|Publication Type||Journal Article|
|Year of Publication||2016|
|Authors||Velayati, AAkbar, Abeel, T, Shea, T, Zhavnerko, GKonstantin, Birren, B, Cassell, GH, Earl, AM, Hoffner, S, Farnia, P|
|Journal||Int J Mycobacteriol|
|Date Published||2016 Mar|
|Keywords||Cell Wall, Genome, Bacterial, High-Throughput Nucleotide Sequencing, Humans, Latent Tuberculosis, Mycobacterium tuberculosis|
OBJECTIVE/BACKGROUND: Mycobacterium tuberculosis (MTB) causes active tuberculosis (TB) in only a small percentage of infected people. In most cases, the infection is clinically latent, where bacilli can persist in human hosts for years without causing disease. Surprisingly, the biology of such persister cells is largely unknown. This study describes the isolation, identification, and whole-genome sequencing (WGS) of latent TB bacilli after 782days (26months) of latency (the ability of MTB bacilli to lie persistent).
METHODS: The in vitro double-stress model of latency (oxygen and nutrition) was designed for MTB culture. After 26months of latency, MTB cells that persisted were isolated and investigated under light and atomic force microscopy. Spoligotyping and WGS were performed to verify the identity of the strain.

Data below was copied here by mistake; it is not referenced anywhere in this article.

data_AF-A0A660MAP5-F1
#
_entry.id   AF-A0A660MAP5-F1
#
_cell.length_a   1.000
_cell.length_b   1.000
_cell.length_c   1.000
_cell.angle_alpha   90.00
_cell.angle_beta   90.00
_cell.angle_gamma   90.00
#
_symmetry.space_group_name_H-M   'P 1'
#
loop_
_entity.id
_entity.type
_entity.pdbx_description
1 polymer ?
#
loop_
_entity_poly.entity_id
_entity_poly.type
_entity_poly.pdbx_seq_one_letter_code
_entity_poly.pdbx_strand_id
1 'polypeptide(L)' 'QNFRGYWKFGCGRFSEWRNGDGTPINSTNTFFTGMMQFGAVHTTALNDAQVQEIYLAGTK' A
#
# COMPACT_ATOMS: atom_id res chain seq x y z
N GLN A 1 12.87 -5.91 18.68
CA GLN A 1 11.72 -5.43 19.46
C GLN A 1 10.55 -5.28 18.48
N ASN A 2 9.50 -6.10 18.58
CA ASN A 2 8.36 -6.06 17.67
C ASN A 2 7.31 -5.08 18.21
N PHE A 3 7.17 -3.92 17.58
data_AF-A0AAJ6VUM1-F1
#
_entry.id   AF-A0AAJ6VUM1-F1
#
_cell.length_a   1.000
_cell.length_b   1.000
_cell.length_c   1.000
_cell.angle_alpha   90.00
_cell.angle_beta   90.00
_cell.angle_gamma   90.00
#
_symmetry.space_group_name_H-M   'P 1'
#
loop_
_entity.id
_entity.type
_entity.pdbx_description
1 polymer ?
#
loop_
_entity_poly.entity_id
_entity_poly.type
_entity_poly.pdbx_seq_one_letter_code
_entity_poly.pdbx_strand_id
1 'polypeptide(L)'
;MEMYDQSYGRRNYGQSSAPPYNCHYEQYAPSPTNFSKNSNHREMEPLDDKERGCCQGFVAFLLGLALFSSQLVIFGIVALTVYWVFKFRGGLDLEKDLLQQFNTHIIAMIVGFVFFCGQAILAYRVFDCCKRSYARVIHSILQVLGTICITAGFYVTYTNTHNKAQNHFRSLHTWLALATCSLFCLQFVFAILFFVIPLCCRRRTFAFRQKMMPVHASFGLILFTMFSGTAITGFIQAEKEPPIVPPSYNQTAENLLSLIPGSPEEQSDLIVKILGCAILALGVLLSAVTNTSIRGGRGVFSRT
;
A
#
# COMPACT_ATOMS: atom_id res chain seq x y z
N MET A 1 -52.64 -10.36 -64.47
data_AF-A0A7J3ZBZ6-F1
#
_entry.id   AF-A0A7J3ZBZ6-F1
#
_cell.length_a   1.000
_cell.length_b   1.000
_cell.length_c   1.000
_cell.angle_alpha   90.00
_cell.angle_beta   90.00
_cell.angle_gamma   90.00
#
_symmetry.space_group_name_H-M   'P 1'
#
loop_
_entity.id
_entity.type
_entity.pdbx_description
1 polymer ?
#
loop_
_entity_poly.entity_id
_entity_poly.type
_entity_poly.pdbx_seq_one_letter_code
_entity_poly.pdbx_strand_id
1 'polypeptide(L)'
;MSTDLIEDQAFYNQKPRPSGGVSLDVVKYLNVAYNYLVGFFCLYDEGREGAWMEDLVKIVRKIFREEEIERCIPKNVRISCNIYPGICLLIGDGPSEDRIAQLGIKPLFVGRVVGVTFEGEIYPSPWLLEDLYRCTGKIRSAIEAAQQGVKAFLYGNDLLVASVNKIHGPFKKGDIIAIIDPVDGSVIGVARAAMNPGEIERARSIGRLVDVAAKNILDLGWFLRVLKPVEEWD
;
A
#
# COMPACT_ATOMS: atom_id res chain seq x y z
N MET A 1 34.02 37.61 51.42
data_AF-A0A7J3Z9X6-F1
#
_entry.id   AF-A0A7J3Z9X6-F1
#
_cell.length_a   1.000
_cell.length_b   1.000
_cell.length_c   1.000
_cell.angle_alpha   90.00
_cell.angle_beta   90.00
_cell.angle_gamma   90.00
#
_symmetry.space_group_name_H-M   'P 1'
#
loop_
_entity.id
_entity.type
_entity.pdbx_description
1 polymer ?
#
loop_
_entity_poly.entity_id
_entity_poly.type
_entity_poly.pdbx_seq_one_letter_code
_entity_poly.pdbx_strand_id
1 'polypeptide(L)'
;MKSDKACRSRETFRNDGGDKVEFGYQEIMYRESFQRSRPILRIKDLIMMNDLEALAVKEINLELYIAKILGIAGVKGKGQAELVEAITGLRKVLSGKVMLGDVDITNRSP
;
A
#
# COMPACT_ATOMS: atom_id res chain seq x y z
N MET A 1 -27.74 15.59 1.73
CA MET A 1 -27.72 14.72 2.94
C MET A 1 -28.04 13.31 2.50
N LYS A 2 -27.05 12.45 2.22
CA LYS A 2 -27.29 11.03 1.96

RESULTS: We established a culture medium in which MTB bacilli arrest their growth, reduce their size (0.3-0.1μm), lose their acid fastness (85-90%) and change their shape. Spoligopatterns of latent cells were identical to original H37Rv, with differences observed at spacers two and 14. WGS revealed only a few genetic changes relative to the already published H37Rv reference genome. Among these was a large 2064-bp insertion (RvD6), which was originally detected in both H37Ra and CDC1551, but not H37Rv.
CONCLUSION: Here, we show cell-wall free cells of MTB bacilli in their latent state, and the biological adaptation of these cells was more phenotypic in nature than genomic. These cell-wall free cells represent a good model for understanding the nature of TB latency.
|Alternate Journal||Int J Mycobacteriol|
|Grant List||U19 AI110818 / AI / NIAID NIH HHS / United States |
HHSN272200900018C / / PHS HHS / United States
U19AI110818 / AI / NIAID NIH HHS / United States